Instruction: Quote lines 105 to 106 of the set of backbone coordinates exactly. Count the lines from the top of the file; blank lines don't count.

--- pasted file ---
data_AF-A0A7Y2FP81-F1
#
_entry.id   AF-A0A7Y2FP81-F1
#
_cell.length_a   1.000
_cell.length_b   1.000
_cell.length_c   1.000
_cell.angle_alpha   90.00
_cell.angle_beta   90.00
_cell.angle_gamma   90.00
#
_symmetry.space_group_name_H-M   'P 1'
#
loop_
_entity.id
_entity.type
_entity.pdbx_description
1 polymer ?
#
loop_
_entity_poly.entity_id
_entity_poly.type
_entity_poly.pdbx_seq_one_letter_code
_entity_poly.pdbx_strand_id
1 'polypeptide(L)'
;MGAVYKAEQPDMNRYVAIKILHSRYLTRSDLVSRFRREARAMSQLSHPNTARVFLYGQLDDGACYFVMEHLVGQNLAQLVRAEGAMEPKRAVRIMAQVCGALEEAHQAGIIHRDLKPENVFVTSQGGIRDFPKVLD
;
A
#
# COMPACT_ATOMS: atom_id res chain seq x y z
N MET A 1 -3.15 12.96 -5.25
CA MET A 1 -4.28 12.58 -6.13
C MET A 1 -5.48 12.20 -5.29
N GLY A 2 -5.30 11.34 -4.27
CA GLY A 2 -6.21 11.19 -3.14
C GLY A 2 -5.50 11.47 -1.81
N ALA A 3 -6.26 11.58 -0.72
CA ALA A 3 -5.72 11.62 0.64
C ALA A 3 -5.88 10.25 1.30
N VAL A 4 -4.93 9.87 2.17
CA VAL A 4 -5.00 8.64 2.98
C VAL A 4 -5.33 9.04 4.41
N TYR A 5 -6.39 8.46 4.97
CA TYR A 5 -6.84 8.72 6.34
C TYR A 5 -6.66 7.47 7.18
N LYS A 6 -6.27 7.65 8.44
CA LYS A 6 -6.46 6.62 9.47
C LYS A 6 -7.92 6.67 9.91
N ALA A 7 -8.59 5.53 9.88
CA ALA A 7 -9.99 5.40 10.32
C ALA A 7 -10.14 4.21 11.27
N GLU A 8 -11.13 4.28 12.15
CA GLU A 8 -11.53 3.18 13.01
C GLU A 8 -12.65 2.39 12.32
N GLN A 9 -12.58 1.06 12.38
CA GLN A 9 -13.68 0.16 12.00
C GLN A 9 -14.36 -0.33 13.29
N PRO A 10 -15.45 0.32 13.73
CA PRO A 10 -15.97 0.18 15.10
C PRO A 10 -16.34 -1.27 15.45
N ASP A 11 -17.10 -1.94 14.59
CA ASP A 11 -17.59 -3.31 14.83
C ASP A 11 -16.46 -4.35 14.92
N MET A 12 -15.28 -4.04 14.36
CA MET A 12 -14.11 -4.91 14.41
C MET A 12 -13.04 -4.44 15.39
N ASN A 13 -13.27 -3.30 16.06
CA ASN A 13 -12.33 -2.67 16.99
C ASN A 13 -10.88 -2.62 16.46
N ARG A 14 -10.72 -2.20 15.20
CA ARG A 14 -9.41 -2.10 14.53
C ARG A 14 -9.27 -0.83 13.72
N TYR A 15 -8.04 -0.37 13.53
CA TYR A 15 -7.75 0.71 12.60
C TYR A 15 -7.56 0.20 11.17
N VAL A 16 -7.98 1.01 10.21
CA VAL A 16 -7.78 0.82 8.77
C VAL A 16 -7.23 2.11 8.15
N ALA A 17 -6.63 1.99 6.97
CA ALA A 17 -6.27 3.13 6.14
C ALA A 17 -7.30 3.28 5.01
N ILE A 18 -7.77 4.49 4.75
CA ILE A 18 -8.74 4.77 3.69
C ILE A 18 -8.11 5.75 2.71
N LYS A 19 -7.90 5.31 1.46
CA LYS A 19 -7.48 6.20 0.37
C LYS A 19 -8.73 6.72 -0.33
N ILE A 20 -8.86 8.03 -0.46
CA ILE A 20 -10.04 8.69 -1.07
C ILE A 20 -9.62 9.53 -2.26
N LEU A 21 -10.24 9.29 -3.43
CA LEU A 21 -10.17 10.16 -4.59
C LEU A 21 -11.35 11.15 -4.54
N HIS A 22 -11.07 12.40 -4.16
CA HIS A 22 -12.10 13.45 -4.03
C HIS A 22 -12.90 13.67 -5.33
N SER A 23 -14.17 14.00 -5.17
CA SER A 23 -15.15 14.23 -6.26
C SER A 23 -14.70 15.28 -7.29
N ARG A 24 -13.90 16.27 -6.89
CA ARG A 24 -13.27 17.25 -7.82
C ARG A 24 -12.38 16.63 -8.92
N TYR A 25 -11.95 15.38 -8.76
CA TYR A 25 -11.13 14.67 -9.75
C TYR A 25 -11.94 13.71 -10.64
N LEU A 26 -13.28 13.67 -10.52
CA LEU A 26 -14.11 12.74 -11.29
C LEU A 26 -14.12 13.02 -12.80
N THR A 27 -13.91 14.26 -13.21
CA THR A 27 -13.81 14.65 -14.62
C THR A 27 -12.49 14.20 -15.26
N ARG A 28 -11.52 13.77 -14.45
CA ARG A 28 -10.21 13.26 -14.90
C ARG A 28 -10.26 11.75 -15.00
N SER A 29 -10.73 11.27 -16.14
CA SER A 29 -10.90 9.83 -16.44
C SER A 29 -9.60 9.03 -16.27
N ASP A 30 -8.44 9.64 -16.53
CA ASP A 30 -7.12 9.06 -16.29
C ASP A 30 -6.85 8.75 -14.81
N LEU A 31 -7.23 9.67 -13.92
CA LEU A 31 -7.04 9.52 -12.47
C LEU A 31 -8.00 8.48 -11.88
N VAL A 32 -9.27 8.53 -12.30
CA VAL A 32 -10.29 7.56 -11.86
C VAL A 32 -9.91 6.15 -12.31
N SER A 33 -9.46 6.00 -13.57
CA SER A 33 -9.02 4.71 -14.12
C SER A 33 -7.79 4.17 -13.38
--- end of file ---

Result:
C TYR A 25 -11.94 13.71 -10.64
N LEU A 26 -13.28 13.67 -10.52